Sunday was a perfect day - dry, sunny and pleasantly warm. We crossed back to Kimolos and on to Pollonia where we had started six days before. Mid morning break was taken with warm pastries and cold drinks from the well-stocked little bakery. Back on the water we carried on round the north coast heading for Mandrakia, the closest landing to Rod’s base in Triovasalos. On the way we visited the dramatic columnar basalt features at Kalogeros and Glaronisia, both offshore islets. Returning from Glaronisia four of us were lucky enough to catch a glimpse of a large turtle swimming on the surface. Lunch was on the beautiful beach of Sarakiniko, busy in early summer but deserted now. Journey’s end was only a short distance further and Rod’s wife and daughters were waiting for us with the transport.


Columnar Basalt at Glaronisia


Journeys end, Mandrakia

The following day, Monday, Ute was due to leave but the rest of us had a free day, so Rod planned a daytrip to Cape Vani, the northwest tip of Milos, involving an open crossing of about 4km of the outer part of Milos Bay. We left from the beach at Plathiena and as we came around into the open bay, passing the rocky outcrops known as the Bears, we encountered a headwind of about force 4 or 5. The crossing was extended to about 6km as we aimed to keep the wind dead ahead, and go for a more westerly and more sheltered landfall. Approaching the other side the wind fell light then it started to rain. The rain was soon torrential turning the whole surface of the sea white, reducing visibility dramatically, and washing huge amounts of sediment off the surrounding cliffs. We plodded along unsure of our best course of action, then the rain eased and the cape loomed clear ahead of us across a shallow bay. Encouraged we set off again planning to round the cape then return to a small beach in the bay for lunch. Halfway across we were suddenly hit by a violent squall coming off the land and hitting us on the beam. There was soon no question of continuing, and we turned into the wind and headed for the beach. It was only a few hundred metres but it took some time in the strong gusting wind. By now it was again raining heavily and after hauling our kayaks up we huddled in the shelter of a small land cave. This area was the site of old iron mines, and the sea was now turning bright red with the sediment runoff.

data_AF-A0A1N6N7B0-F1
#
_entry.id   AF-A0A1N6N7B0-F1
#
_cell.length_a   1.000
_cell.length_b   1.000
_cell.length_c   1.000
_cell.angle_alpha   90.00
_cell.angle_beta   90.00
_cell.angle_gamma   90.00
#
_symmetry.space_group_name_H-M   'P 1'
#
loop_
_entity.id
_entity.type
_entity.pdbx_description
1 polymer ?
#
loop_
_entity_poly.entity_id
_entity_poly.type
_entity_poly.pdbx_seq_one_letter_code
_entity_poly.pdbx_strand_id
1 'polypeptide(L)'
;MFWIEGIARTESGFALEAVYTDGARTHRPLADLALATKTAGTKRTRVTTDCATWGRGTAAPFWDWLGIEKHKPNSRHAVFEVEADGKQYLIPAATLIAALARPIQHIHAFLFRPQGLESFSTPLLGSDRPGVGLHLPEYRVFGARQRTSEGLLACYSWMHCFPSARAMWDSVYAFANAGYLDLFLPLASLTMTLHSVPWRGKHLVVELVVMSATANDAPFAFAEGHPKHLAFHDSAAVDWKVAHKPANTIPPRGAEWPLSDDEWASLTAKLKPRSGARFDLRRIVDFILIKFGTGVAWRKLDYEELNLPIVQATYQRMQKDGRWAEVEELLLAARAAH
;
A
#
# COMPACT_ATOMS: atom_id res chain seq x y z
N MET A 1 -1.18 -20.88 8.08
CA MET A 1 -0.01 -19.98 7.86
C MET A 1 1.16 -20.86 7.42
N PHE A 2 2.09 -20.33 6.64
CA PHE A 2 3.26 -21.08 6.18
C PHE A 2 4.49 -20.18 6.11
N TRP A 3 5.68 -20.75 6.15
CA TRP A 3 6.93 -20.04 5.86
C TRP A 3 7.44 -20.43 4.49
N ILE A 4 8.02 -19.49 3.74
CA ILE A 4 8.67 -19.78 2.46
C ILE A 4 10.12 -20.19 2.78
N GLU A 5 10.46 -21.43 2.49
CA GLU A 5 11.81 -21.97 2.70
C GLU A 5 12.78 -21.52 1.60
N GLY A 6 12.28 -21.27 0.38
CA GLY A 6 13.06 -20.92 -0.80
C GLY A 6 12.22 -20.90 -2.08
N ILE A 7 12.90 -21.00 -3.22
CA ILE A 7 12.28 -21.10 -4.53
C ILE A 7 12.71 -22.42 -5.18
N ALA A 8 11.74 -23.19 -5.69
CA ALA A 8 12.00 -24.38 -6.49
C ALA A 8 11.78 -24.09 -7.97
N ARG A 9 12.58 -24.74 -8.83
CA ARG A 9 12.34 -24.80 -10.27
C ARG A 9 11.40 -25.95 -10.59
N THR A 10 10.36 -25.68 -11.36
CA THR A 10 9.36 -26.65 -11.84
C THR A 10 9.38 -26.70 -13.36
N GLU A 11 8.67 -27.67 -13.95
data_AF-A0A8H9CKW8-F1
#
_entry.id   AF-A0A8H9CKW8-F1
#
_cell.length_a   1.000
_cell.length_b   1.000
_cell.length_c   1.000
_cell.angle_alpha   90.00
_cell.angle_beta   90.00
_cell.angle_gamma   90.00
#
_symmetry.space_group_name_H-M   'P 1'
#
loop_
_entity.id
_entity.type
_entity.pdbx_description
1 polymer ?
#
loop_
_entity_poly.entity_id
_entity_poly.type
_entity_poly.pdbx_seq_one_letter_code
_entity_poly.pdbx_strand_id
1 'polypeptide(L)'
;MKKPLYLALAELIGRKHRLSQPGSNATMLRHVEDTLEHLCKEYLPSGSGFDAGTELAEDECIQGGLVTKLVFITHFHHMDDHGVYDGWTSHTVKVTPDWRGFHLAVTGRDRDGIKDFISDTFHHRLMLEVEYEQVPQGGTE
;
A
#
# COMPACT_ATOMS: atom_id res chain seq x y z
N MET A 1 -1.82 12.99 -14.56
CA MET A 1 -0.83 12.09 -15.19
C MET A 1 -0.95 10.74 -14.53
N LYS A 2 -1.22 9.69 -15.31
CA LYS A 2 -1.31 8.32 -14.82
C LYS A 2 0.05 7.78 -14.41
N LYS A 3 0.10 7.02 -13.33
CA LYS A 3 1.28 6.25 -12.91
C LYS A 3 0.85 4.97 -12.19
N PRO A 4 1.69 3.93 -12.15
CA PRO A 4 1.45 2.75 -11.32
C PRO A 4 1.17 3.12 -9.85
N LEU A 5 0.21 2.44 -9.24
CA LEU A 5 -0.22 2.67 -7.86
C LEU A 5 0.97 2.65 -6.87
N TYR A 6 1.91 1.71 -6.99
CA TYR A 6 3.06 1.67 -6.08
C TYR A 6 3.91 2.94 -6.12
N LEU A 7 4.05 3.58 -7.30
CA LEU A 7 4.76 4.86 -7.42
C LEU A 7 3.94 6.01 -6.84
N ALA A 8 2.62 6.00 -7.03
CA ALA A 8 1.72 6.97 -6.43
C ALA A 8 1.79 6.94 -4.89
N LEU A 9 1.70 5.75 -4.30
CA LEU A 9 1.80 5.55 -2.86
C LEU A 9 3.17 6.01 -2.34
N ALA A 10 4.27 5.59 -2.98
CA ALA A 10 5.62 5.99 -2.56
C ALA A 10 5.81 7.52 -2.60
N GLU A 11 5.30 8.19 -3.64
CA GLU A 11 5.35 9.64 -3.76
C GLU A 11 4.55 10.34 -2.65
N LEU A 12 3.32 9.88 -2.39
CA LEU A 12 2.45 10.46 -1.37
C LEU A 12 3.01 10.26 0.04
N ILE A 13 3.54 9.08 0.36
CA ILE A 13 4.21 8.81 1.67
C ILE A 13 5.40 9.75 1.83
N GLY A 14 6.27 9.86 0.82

Sheltering in the cave, Birgit, Tom, John and Pete


The sea turns red

After a while both the rain and the wind eased and we tentatively set off for the return trip. The first section in the shelter of the land was no problem. The rain had stopped and the sky was brightening. We turned our heads for the open crossing back to Plathiena with some trepidation, but in the event we had an exhilarating downwind run in a steady force 6 finishing with a lively passage past the Bears and a surf landing back on Plathiena. Quite a day to finish on!